Wednesday, January 11, 2012

Brisbane, California Civil Engineer "Conforms to the Standard"

2 years ago I wrote about the dangerous bike lane in Brisbane California that is "separated from traffic" by a nasty rumble strip. The rumble strip makes getting around any obstacles in the bike lane a very dangerous proposition.

Yesterday I rode those bike lanes again, and noticed something even more devious than the trucks that park in there - a "crash barrier" or something that projects from the right side of the road into the bike lane, producing a very narrow lane with a crash barrier on the right and a rumble strip on the left. Ugly.

Turns out I'm not the only one who noticed. I got an email thread from Edward Hasbrouck discussing those lanes with the City of Brisbane. Edward doesn't pull any punches...

I'm not opposed to all rumble strips, but I can say that as a lifelong bicyclist who has never owned a motor vehicle, what has been done on Bayshore Blvd. is the single most inappropriate and worst-implemented installation of rumble strips I have encountered in 40 years of riding.
If you agree - and you should...
I plan to attend the next Brisbane City Council meeting, which I was told today by the city clerk is scheduled for Tuesday, Jan. 17, 7:30 p.m., to follow up on this request for removal (or mitigation through replacement with *intermittent* rumble strips) of the botched rumble strips on Bayshore Blvd. through Brisbane. I would welcome support, either by others who might attend the meeting or through letters to the City Council letters to the City Council.


Edward Hasbrouck

He has a pretty long complaint letter to Brisbane, very eloquent and descriptive. And he's correct, backed up by research shown in among other things this one from the Federal Highway Administration and this from the League of American Bicyclists

Some highlights.

According to your (Karen Kinser, Senior Civil Engineer, Brisbane) message to Ms. Radetsky:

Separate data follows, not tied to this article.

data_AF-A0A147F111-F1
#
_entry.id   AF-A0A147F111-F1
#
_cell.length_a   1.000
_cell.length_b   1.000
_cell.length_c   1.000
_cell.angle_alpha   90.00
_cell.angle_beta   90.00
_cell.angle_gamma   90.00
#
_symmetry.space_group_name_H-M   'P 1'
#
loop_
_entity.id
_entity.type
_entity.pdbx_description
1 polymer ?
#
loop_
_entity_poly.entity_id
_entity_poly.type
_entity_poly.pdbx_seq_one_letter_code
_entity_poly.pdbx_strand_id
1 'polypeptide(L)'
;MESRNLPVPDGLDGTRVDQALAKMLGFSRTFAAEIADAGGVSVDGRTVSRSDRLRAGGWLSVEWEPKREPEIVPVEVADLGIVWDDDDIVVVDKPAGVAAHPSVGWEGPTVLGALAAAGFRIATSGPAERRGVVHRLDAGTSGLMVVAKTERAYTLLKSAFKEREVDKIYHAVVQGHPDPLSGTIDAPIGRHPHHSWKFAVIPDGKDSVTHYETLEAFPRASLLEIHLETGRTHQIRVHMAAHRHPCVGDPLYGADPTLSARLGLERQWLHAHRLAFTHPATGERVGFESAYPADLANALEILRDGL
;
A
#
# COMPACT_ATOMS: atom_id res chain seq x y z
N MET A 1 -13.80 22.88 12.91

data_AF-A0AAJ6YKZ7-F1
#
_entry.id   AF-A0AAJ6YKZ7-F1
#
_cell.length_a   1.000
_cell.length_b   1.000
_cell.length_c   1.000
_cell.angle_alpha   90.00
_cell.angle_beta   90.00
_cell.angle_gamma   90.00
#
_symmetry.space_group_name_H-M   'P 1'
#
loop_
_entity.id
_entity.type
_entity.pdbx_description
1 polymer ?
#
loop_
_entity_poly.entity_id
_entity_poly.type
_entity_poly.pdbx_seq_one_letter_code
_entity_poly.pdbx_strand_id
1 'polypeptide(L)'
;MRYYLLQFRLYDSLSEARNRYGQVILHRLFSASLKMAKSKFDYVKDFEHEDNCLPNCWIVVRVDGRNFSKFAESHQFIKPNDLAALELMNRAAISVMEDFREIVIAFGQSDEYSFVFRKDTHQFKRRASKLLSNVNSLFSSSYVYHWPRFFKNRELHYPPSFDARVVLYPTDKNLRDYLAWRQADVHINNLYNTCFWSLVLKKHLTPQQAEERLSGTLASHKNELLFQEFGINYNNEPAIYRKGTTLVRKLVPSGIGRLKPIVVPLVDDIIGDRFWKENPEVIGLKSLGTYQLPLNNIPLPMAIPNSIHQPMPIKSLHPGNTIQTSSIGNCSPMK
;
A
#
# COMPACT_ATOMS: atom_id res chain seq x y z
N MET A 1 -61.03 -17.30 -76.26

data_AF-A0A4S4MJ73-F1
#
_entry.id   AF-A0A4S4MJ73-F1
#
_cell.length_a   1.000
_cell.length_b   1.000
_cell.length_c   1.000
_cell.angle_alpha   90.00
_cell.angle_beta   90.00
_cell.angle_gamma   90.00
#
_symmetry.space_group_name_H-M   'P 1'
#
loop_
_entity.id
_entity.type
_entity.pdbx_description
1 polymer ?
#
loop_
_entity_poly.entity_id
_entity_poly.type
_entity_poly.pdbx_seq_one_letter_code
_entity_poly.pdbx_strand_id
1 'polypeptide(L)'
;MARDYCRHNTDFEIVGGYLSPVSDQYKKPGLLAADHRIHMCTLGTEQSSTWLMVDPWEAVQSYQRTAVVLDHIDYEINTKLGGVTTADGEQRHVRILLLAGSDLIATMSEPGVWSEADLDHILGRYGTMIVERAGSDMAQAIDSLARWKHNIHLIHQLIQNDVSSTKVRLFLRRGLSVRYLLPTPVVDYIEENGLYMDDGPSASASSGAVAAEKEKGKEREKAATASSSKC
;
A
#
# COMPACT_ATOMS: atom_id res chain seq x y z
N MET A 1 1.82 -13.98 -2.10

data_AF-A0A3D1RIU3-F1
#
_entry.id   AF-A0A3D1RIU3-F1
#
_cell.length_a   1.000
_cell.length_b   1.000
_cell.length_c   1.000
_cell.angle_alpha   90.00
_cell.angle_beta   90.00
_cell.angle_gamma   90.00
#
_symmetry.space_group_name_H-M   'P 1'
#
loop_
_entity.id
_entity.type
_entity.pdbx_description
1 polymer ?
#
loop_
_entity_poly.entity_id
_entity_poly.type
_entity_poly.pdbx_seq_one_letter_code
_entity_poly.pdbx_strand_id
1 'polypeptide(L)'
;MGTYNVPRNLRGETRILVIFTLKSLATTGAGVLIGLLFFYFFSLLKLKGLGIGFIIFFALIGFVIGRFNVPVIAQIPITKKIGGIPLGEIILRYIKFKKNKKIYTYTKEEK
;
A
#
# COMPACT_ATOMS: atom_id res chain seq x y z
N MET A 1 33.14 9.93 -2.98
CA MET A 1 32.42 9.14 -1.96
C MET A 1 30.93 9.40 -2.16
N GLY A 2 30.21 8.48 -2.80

"The incorporation of the traffic control device known as a "shoulder rumble strip" into bike lane design and in general as a tool to provide audible and physical (shaking) feedback to keep motorists in their lanes and off of shoulders, medians and the like is widespread, and is considered a nationally accepted engineering practice."

This is not correct. The use of rumble strips to separate bike lanes from same-direction all-vehicles traffic lanes, as a general practice, is contrary to Federal Highway Administration (FHWA) standards.

In your message to Ms. Radetsky, you say that, "the southern portion of this project (Valley Drive to the southern city limit) has been in place for several years without a single complaint similar to your concern."

Had I known where to complain, I would certainly have done so sooner. I was appalled by what had been done to the southern portion of Bayshore Blvd., but it appeared as a fait accompli. Even then, nobody ever asked those who use the road what we thought, or told us how to give feedback, before proceeding to repeat the same mistakes (and more) to the north.

Unlike in San Francisco where I live, where notices of proposals such as for revised traffic patterns or bike lanes are required to be posted on- site *before* plans are finalized, and road users and others who might be impacted (perhaps in ways that planners hadn't anticipated) have a chance to review plans and have input before they are implemented, I never saw any notices along Bayshore Blvd. before the construction started.